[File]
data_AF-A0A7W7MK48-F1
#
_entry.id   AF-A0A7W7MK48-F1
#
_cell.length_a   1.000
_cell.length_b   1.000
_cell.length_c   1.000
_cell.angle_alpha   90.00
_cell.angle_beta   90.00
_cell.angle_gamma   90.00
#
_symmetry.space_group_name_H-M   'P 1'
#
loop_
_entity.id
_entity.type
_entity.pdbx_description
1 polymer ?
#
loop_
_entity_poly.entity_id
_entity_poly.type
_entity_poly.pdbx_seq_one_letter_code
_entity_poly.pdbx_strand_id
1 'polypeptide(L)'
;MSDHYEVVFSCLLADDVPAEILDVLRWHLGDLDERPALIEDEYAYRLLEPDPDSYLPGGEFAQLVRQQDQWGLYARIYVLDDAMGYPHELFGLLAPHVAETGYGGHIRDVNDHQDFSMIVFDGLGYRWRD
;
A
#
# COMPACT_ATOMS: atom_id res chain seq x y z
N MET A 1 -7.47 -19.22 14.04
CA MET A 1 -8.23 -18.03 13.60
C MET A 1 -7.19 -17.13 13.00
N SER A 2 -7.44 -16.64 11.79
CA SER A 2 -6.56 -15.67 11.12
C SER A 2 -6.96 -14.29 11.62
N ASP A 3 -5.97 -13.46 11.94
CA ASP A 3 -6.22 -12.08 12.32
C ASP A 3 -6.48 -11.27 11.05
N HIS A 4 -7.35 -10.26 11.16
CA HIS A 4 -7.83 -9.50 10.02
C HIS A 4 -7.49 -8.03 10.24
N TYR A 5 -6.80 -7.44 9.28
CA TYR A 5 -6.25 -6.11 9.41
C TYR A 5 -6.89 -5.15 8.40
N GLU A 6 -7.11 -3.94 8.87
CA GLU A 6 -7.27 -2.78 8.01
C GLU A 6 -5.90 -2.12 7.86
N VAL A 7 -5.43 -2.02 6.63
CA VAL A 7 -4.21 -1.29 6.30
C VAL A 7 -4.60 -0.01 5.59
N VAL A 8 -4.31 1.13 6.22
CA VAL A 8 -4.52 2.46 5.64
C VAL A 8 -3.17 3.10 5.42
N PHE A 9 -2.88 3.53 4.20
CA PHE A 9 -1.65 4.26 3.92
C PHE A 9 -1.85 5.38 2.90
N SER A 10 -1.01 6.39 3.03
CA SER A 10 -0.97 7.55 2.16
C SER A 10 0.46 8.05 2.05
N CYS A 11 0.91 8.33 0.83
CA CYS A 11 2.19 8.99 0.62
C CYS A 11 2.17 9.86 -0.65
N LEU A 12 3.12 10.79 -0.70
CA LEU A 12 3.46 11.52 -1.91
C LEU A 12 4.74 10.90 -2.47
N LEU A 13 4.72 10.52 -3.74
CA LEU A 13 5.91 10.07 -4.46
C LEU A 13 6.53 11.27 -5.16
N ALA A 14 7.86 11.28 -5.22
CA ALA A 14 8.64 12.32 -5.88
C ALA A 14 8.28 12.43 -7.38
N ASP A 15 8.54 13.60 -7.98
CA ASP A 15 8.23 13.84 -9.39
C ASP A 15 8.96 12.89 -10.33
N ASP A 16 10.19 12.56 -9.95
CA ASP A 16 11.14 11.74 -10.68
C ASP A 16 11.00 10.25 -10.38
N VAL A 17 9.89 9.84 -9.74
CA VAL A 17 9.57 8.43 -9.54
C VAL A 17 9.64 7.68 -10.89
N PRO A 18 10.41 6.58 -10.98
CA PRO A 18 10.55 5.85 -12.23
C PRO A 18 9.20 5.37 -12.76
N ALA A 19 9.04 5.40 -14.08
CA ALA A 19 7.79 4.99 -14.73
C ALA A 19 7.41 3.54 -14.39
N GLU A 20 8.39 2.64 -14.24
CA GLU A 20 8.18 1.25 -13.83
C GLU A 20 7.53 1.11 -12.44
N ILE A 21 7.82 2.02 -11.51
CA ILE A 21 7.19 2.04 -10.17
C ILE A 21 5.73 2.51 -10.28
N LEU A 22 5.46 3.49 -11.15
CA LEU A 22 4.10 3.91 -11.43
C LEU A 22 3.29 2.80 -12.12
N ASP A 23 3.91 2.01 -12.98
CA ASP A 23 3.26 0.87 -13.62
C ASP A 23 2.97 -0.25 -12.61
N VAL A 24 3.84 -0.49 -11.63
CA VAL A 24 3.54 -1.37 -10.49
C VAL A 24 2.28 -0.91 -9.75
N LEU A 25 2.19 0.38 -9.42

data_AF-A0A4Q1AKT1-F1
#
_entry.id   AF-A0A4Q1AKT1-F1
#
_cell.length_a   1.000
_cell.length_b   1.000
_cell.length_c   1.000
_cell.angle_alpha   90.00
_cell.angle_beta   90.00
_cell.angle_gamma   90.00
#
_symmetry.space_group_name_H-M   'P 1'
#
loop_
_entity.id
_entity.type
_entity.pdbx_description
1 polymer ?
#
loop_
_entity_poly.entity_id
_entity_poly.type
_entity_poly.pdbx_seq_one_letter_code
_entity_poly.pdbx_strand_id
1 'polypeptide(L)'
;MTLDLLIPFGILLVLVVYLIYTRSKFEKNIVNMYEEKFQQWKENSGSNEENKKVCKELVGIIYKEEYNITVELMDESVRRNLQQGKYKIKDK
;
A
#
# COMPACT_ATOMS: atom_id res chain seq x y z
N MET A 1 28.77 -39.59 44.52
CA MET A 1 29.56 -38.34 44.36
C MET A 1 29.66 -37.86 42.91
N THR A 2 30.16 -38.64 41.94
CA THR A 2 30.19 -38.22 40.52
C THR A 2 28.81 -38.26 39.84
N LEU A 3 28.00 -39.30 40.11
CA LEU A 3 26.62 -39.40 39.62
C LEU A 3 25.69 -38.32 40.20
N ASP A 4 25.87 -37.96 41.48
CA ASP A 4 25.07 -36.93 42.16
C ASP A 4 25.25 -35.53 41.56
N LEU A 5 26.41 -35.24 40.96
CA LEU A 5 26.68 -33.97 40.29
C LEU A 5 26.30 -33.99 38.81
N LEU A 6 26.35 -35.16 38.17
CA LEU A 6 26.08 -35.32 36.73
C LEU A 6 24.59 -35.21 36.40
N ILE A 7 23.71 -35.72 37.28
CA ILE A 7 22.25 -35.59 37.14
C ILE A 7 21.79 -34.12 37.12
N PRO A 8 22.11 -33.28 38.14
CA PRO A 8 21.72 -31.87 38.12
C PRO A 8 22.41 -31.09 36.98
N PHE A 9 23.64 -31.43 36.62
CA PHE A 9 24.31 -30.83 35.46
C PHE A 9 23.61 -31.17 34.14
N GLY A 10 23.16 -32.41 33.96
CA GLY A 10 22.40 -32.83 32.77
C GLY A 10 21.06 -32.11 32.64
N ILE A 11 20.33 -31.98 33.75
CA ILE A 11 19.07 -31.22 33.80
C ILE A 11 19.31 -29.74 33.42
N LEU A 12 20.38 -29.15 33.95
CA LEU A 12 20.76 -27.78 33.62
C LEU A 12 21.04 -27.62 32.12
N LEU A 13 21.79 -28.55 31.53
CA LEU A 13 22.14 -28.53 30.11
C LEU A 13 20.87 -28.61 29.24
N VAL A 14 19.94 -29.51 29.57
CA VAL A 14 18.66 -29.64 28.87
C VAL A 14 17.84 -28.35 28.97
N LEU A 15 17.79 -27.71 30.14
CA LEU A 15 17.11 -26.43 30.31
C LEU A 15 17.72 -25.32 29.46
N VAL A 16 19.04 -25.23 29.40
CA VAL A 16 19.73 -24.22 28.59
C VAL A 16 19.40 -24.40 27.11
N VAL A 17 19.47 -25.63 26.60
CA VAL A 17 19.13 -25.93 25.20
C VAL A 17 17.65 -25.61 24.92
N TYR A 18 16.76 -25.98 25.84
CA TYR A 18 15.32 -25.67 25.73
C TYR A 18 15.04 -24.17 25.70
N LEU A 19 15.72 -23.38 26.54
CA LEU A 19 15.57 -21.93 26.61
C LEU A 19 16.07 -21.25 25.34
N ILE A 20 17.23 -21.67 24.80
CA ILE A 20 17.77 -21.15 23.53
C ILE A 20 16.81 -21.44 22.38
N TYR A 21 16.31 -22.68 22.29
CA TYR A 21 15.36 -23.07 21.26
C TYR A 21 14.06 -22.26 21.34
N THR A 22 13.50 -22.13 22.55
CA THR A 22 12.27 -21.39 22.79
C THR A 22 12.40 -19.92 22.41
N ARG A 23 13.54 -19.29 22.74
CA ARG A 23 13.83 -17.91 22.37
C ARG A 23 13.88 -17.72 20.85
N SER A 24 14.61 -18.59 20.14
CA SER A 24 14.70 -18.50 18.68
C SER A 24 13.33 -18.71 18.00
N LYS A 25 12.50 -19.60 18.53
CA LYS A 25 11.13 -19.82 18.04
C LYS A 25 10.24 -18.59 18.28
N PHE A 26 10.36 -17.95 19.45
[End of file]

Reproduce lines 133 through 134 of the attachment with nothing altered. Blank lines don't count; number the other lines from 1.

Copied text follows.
# COMPACT_ATOMS: atom_id res chain seq x y z
N MET A 1 28.77 -39.59 44.52